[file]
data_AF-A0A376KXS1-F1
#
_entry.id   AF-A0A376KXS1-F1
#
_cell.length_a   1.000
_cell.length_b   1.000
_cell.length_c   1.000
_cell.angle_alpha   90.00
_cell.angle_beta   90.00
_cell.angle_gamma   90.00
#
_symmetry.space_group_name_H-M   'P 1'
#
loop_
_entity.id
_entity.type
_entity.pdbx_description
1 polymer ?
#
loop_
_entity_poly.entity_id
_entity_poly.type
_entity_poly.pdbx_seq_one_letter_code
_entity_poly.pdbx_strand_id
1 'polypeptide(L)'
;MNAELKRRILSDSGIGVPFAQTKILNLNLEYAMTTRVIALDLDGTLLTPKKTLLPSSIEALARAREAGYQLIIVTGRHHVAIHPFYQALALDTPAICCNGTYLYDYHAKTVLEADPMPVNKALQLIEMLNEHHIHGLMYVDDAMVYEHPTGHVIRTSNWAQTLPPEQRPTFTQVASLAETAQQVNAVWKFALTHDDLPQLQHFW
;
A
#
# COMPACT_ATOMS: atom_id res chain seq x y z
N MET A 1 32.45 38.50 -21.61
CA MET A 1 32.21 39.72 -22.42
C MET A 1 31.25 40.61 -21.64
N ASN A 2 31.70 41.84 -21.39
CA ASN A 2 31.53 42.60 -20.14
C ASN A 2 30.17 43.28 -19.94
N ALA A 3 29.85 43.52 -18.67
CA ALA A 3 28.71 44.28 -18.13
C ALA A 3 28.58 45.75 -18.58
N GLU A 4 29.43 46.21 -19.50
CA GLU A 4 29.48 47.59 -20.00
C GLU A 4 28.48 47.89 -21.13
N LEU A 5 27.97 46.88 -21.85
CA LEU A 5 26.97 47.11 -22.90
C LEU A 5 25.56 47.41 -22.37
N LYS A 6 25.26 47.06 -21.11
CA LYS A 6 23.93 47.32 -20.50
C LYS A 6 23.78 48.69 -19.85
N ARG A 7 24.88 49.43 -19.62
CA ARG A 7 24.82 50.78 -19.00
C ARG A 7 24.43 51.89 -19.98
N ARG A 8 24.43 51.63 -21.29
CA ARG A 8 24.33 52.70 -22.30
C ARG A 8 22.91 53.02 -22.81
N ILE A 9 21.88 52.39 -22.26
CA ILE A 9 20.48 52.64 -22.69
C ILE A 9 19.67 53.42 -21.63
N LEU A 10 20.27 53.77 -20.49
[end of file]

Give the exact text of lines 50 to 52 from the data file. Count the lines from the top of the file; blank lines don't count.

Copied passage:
CA ARG A 7 24.82 50.78 -19.00
C ARG A 7 24.43 51.89 -19.98
N ARG A 8 24.43 51.63 -21.29